It’s not often that one gets to read a full page feature article that succeeds in giving children a voice, allowing them to express their feelings and emotions about an issue that affects them.The Star’s feature, “Tug of War” (21/08/09, Verve Section, p. 18) by Noor-Jehan Yoro Badat, did just this, through using two case studies involving children who came from “broken” homes.
In the feature, Badat interviewed a therapist specialising in counselling children dealing with relationship breakdowns, and two of her young clients. She also spoke to the mother of one of the children.
The feature gave the two children a voice and pseudo names, Johnny (12) and Amy (17). The two children were given the opportunity to speak directly about their experiences and feelings.
While giving children the opportunity to speak for themselves is encouraged, it is also important to recognise that in some cases, this may not always be in the child’s best interests, and sensitivity is needed by the reporter in both accessing and interviewing children. Where issues such as divorce and abuse are concerned, this is particularly important.
Badat accessed the two children through their therapist, which should be commended. This ensured that both the children interviewed were receiving professional care and were prepared to talk about their experiences.
Protecting the children’s identities by using pseudonyms was in the children’s best interests. It enabled them to speak about their personal experiences while protecting their right to privacy and protecting them from negative repercussions they could be exposed to, for example, from family members or peers.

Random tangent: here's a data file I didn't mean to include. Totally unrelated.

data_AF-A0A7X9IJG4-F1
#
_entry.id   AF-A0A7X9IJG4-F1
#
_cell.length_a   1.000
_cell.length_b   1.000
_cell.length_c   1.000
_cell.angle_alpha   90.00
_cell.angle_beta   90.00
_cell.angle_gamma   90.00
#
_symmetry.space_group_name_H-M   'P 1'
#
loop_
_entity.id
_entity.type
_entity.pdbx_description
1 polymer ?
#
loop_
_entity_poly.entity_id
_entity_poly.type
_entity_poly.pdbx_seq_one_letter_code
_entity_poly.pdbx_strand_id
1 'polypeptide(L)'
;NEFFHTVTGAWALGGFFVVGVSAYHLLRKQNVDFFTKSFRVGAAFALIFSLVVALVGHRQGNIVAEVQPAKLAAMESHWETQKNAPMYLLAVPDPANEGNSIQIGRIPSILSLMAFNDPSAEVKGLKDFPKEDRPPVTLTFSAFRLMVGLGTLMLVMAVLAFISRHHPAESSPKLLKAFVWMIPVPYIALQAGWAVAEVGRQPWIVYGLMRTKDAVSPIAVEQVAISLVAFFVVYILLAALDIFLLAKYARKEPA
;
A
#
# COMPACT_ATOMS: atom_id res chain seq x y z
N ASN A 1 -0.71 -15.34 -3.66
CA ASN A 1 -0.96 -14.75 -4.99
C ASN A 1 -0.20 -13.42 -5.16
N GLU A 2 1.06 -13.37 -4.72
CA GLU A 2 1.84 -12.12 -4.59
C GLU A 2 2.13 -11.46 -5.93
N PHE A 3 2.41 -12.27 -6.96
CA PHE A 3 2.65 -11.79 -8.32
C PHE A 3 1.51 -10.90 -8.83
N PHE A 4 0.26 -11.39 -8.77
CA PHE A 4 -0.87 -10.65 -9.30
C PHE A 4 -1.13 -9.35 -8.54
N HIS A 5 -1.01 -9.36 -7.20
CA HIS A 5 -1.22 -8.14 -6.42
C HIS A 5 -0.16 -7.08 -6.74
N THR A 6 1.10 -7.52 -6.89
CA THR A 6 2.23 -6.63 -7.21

The feature also sourced the children’s therapist who further explained the children’s emotions and gave tips to their parents on how they could help them become “balanced individuals” in difficult circumstances.
These tips were educational and could be used by other parents who find themselves and their children in similar situations.
At the end of the article, contact details for LIFELINE Joburg and details of services available were provided so that anyone who needed rape counseling, trauma debriefing, support groups, or other assistance could access help.
This feature was certainly exceptional in terms of giving children a voice, protecting their right to privacy, including expert advice and providing a self-help option for anyone in need of professional help.
Media Monitoring Africa commends The Star and Noor-Jehan Yoro Badat.
NB. The reporter was given the opportunity to provide a response, but did not have anything to add, other than to express thanks.